Golfers shift focus to course chaos at 123rd U.S. Open

Questions about the future of the sport will take a back seat to a difficult test of golf at a new venue when the 2023 U.S. Open tees off Thursday at the Los Angeles Country Club.

Published : Jun 14, 2023 22:51 IST - 4 MINS READ

Representative image:
Representative image: | Photo Credit: Getty Images via AFP

Representative image: | Photo Credit: Getty Images via AFP

LIV Golf star Brooks Koepka summed up the state of professional golf with a cheeky comment at the end of his pre-U.S. Open press conference.

“Thanks. See you guys at the Travelers (Championship) next week,” Koepka said.

PGA Tour and LIV members alike are still baffled by last week’s shock announcement of a merger between the PGA Tour and the Saudi Public Investment Fund. But for the time being, Koepka isn’t back to playing a PGA Tour schedule, and the only places where players from the rival tours get together are at the four majors.

Questions about the future of the sport will take a back seat to a difficult test of golf at a new venue when the 2023 U.S. Open tees off Thursday at the Los Angeles Country Club.

Koepka heads to Los Angeles as a five-time major champion after becoming the first active member of LIV to win a major last month at the PGA Championship in Rochester, N.Y. Only Tiger Woods and Phil Mickelson have won more majors than Koepka since 2000.

Koepka passed Rory McIlroy of Northern Ireland (four) in major titles with that win. The USGA paired them together along with Hideki Matsuyama of Japan for the first two rounds.

“The more chaotic things get the easier it gets for me,” Koepka said. “Everything starts to slow down and I am able to focus on whatever I need to focus on while everybody else is dealing with distractions, worried about other things.”

LACC’s North Course will play as a 7,381-yard par-70, with three par-5s and five par-3s. The par-3s range from the 290-yard 11th hole to the 15th, which could play as short as 78 yards but features three curling bunkers and a highly sloped green.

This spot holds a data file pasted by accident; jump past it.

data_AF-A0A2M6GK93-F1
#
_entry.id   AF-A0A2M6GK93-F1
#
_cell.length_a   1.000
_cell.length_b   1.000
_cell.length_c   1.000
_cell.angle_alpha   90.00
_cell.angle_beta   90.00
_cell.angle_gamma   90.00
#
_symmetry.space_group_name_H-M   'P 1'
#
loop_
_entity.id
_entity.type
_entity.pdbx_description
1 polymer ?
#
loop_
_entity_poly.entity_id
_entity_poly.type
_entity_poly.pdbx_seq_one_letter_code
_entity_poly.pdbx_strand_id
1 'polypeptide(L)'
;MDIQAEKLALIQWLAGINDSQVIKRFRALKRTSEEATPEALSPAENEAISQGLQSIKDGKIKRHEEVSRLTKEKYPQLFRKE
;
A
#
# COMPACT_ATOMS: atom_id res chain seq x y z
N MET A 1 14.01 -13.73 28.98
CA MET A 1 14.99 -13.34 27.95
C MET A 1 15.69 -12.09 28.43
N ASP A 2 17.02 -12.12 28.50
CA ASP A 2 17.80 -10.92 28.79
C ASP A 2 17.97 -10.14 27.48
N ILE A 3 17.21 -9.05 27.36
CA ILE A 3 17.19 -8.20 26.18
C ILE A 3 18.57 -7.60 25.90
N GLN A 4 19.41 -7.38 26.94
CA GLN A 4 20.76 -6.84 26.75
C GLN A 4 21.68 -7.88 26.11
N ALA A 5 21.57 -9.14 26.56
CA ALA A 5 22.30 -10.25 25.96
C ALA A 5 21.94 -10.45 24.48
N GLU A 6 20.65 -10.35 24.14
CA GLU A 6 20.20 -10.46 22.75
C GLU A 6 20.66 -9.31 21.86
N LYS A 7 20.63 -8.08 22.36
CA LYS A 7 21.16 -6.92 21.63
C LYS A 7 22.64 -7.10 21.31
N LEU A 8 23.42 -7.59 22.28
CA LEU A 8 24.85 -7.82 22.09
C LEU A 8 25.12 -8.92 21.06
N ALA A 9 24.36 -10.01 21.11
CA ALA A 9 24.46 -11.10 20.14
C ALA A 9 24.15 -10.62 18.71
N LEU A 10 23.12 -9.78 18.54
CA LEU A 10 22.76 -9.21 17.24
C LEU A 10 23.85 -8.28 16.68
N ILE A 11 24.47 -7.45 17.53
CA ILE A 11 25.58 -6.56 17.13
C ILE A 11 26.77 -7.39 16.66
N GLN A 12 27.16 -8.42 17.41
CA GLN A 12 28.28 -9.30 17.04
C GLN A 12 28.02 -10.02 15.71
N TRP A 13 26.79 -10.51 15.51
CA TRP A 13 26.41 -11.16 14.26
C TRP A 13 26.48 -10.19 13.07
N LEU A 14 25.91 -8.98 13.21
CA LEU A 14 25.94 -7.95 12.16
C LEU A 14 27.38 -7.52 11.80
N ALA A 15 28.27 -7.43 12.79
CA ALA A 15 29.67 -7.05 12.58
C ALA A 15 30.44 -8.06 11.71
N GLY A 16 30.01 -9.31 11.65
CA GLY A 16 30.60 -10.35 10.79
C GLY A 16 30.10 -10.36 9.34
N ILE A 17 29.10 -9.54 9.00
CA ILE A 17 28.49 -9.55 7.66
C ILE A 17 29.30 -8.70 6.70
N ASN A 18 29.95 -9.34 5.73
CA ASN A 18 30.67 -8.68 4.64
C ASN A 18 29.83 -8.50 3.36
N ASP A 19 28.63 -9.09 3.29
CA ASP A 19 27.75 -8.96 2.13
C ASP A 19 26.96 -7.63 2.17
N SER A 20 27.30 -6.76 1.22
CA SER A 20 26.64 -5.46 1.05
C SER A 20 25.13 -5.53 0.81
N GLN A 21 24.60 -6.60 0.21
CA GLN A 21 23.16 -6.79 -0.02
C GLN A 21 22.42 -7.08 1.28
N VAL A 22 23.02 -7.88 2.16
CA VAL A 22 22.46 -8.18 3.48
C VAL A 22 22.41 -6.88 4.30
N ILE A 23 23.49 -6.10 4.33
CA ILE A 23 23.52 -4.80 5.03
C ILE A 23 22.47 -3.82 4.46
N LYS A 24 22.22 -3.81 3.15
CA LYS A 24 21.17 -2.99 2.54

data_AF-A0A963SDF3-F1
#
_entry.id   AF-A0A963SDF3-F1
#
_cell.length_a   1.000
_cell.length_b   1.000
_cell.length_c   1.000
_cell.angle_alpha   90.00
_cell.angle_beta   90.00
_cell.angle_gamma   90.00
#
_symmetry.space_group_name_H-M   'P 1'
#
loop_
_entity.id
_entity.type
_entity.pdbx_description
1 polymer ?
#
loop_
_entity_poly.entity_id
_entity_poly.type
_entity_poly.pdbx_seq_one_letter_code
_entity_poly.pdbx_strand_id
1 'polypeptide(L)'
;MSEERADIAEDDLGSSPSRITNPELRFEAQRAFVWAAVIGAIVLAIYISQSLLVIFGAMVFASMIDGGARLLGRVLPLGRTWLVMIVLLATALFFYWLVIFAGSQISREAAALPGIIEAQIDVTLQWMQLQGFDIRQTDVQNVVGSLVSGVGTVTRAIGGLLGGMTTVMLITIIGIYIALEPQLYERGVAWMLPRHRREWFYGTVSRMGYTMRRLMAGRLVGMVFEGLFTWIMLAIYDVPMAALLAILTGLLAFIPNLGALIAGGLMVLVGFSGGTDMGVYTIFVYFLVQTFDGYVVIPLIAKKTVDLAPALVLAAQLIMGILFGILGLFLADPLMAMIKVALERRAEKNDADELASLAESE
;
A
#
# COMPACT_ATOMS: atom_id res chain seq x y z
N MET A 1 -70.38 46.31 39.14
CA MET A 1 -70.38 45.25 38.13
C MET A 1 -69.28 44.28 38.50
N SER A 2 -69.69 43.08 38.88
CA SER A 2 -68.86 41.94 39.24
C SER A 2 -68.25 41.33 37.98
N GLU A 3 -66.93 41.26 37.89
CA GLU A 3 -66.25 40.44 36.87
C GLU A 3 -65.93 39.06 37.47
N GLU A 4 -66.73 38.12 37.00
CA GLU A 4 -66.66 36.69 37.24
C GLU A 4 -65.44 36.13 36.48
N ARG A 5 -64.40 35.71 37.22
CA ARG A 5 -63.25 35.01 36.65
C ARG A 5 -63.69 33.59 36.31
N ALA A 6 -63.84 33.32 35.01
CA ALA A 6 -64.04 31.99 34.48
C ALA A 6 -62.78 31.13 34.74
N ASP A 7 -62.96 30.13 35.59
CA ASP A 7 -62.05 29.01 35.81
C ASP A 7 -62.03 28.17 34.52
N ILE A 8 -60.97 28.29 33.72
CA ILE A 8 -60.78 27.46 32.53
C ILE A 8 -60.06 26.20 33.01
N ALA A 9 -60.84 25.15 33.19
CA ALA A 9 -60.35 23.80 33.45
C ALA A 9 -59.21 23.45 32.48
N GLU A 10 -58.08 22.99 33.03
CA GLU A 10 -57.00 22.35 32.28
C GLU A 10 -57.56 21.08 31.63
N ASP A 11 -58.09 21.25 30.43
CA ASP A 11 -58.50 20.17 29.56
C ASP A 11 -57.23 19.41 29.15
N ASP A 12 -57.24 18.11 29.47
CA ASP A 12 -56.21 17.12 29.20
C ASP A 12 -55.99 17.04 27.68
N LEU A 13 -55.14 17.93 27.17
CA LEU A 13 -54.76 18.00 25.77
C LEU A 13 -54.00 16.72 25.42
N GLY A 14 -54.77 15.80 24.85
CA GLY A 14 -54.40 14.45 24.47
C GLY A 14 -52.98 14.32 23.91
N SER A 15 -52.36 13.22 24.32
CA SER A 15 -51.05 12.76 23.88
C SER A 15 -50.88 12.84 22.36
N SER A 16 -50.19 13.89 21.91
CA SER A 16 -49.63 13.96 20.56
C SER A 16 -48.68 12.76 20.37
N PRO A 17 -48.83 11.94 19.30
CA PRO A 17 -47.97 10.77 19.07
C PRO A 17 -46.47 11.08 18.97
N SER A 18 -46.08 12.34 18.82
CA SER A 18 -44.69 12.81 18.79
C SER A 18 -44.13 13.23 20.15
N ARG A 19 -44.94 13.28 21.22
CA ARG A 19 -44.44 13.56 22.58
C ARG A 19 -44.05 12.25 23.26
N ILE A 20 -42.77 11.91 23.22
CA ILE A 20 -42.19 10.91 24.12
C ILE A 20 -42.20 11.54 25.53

It’s the course’s first time hosting a major championship, but a few elite golfers have competed there before. World No. 1 Scottie Scheffler and two-time major winner Collin Morikawa played LACC at the 2017 Walker Cup, a junior team event. And as a college golfer, Max Homa set the course record with a 61 during the 2013 Pac-12 Championship.

But U.S. Opens are notoriously the most difficult of the majors, and no one expects to see a 61 this week.

“It’s going to be pretty hard,” Homa said. “Yeah, I think the sun being out is real helpful. A little bit of wind is going to make it spicy. I hope it’s carnage. I hope it’s a typical U.S. Open.”

Homa (Los Angeles), Patrick Cantlay (Long Beach) and Xander Schauffele (San Diego) are all Southern California natives who enter the week ranked top-10 in the world but still after their elusive first major title. Any one of them could receive a hometown hero’s welcome with a victory.

Scheffler, meanwhile, has been consistent in every way: He’s made 18 straight cuts, finished in the top 12 or better at 15 straight events, he leads the PGA Tour in strokes gained tee to green, and he’s been consistently poor at putting.

Asked if he was changing putters this week, Scheffler said, “You guys can find out Thursday.

“I don’t ever take decisions on switching equipment lightly,” he said. “... The PGA I actually felt like I rolled it pretty good. Few putts here or there that lipped out that should have gone in.”

Matt Fitzpatrick of England is the defending champion, having won last year at The Country Club outside Boston. World No. 2 Jon Rahm of Spain, winner of the 2021 U.S. Open and this year’s Masters, is also a safe bet to contend on the weekend.

“There’s not really a part of your game in any major championship, let alone a U.S. Open, that can really be in doubt. You’re going to need to access every single aspect of your game to win a championship like this,” Rahm said. “I think it becomes more of a mental factor, not overdoing it at home (in practice). You can never really replicate U.S. Open conditions.”

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